Haiqu, a quantum software company, has raised $4 million in pre-seed funding to accelerate the adoption of near-term quantum computing. The funding round was led by MaC Venture Capital, with participation from Toyota Ventures, SOMA Capital, u.ventures, SID Venture Partners, and Roosh Ventures.
“We are accelerating the timeline to practical quantum computing by developing novel software that can extract value out of clumsy near-term quantum hardware, enabling quantum applications that were previously impossible,” said Richard Givhan, co-founder and CEO at Haiqu. “We are proud to be backed by investors with remarkable deep-tech ecosystems and a track record of supporting the commercialization of breakthrough tech.”
Haiqu aims to make quantum computing more accessible to businesses by developing software that can run on existing quantum hardware. The company’s software platform, called Quantum Engine, is designed to simplify the process of developing and running quantum applications. Quantum computing has the potential to revolutionize industries such as finance, healthcare, and logistics by solving complex problems that are currently beyond the capabilities of classical computers. However, the technology is still in its early stages, and there are significant challenges to overcome before it can be widely adopted.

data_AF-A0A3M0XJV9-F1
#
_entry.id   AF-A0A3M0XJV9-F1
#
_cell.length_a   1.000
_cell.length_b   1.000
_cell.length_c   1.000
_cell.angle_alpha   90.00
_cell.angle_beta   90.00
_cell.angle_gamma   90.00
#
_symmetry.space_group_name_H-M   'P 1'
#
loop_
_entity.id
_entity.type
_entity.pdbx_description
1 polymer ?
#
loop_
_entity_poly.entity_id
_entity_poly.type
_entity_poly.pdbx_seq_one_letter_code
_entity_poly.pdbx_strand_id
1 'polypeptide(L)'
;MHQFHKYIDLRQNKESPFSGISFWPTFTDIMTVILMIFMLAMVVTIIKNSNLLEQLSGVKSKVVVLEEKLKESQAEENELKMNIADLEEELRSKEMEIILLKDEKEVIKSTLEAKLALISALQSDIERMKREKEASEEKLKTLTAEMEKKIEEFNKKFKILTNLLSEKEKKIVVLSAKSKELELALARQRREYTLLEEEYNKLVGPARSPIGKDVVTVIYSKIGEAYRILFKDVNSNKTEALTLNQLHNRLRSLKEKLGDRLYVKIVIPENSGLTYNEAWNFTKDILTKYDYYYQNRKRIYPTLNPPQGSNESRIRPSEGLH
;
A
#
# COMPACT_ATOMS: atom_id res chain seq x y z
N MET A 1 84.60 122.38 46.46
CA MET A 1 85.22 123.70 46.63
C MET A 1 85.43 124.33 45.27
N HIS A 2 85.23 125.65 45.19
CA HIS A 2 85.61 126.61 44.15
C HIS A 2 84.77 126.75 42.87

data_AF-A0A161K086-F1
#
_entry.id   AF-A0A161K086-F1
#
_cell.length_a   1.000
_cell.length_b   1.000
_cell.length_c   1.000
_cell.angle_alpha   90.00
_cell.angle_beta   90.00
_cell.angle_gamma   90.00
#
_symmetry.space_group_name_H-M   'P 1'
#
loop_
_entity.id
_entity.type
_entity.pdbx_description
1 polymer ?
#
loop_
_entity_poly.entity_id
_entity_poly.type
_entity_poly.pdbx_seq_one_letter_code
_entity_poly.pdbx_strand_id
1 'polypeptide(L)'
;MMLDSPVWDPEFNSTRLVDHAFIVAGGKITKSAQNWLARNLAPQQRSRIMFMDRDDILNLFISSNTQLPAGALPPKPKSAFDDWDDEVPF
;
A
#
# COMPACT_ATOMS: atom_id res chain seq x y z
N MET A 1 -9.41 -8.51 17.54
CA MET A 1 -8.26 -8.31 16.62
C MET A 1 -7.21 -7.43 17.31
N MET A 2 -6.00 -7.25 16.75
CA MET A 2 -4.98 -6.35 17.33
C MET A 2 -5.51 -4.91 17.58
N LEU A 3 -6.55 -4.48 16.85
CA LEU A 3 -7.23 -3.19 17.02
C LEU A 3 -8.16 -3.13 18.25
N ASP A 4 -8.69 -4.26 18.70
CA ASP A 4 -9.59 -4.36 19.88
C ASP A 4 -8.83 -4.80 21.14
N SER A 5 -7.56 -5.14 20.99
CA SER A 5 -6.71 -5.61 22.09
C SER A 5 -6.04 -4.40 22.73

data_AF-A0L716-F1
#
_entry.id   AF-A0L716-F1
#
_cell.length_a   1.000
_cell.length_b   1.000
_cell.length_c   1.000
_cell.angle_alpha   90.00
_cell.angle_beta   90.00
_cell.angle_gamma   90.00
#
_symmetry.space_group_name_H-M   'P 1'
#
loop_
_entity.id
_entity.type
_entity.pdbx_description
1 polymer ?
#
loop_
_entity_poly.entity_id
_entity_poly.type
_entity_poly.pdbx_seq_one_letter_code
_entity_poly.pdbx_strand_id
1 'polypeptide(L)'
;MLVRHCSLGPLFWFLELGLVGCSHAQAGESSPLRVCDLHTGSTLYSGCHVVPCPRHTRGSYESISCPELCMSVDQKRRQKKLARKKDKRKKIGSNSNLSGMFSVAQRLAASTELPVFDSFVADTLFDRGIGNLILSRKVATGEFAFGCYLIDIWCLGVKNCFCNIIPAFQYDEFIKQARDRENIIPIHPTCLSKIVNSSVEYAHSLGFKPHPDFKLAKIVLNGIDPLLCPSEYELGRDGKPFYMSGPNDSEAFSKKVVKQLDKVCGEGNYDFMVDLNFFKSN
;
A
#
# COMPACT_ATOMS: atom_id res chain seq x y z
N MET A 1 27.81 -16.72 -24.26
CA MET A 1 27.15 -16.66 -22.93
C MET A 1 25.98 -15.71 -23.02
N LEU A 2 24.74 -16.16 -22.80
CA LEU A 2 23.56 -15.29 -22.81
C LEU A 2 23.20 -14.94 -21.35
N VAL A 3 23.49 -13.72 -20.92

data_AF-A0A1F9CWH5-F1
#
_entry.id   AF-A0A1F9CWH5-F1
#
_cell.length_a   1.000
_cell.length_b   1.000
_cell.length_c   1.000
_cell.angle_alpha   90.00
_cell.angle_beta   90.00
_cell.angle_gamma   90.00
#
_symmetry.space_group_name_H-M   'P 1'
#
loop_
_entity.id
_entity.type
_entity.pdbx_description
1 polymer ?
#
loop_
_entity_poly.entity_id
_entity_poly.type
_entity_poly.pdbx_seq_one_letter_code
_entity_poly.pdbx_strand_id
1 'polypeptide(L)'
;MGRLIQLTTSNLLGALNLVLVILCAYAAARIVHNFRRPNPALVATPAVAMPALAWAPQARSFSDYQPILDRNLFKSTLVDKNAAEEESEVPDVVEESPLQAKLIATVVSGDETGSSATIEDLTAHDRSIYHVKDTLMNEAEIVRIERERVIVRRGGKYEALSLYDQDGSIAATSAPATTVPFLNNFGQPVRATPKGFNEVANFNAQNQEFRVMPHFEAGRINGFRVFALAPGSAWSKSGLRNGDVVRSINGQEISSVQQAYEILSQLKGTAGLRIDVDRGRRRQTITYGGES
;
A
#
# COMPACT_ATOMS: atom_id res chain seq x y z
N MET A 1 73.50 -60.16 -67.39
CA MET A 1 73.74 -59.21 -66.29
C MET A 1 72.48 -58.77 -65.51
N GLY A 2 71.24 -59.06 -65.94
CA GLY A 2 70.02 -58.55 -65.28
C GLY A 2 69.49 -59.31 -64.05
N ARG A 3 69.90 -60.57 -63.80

One of the biggest challenges is the lack of a standardized software stack for quantum computing. This makes it difficult for businesses to develop and run quantum applications, as they need to have expertise in both quantum hardware and software. Haiqu’s Quantum Engine aims to address this challenge by providing a standardized software stack that can run on any quantum hardware. The platform includes a range of tools and libraries that make it easier for developers to write quantum code, as well as a cloud-based service that allows businesses to run quantum applications without needing to invest in their own hardware. The funding will be used to further develop the Quantum Engine platform and expand Haiqu’s team. The company also plans to work with hardware partners to ensure that its software is compatible with a wide range of quantum hardware. In addition to its software platform, Haiqu is also developing a range of quantum applications for industries such as finance and logistics. These applications are designed to solve specific problems that are currently beyond the capabilities of classical computers.
Overall, Haiqu’s pre-seed funding is a positive development for the quantum computing industry. By developing a standardized software stack and making quantum computing more accessible to businesses, the company is helping to accelerate the adoption of this transformative technology.